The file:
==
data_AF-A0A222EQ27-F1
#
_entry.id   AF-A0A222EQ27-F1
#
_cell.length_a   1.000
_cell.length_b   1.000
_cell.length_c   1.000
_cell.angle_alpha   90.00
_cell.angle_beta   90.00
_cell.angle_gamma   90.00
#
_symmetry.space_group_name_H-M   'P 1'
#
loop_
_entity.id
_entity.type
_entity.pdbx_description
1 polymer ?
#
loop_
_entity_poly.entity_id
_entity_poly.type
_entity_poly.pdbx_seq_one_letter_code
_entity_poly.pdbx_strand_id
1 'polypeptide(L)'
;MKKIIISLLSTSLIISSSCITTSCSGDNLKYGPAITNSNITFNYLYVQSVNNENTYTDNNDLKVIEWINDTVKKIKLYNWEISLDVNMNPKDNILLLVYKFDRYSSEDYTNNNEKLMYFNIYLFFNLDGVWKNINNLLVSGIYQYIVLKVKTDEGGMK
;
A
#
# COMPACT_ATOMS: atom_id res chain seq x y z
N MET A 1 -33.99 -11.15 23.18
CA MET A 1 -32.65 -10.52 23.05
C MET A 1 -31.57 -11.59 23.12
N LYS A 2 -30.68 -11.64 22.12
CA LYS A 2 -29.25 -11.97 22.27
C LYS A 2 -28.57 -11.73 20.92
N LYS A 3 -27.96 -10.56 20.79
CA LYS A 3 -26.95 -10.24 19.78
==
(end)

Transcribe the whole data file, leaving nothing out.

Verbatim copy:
data_AF-A0A222EQ27-F1
#
_entry.id   AF-A0A222EQ27-F1
#
_cell.length_a   1.000
_cell.length_b   1.000
_cell.length_c   1.000
_cell.angle_alpha   90.00
_cell.angle_beta   90.00
_cell.angle_gamma   90.00
#
_symmetry.space_group_name_H-M   'P 1'
#
loop_
_entity.id
_entity.type
_entity.pdbx_description
1 polymer ?
#
loop_
_entity_poly.entity_id
_entity_poly.type
_entity_poly.pdbx_seq_one_letter_code
_entity_poly.pdbx_strand_id
1 'polypeptide(L)'
;MKKIIISLLSTSLIISSSCITTSCSGDNLKYGPAITNSNITFNYLYVQSVNNENTYTDNNDLKVIEWINDTVKKIKLYNWEISLDVNMNPKDNILLLVYKFDRYSSEDYTNNNEKLMYFNIYLFFNLDGVWKNINNLLVSGIYQYIVLKVKTDEGGMK
;
A
#
# COMPACT_ATOMS: atom_id res chain seq x y z
N MET A 1 -33.99 -11.15 23.18
CA MET A 1 -32.65 -10.52 23.05
C MET A 1 -31.57 -11.59 23.12
N LYS A 2 -30.68 -11.64 22.12
CA LYS A 2 -29.25 -11.97 22.27
C LYS A 2 -28.57 -11.73 20.92
N LYS A 3 -27.96 -10.56 20.79
CA LYS A 3 -26.95 -10.24 19.78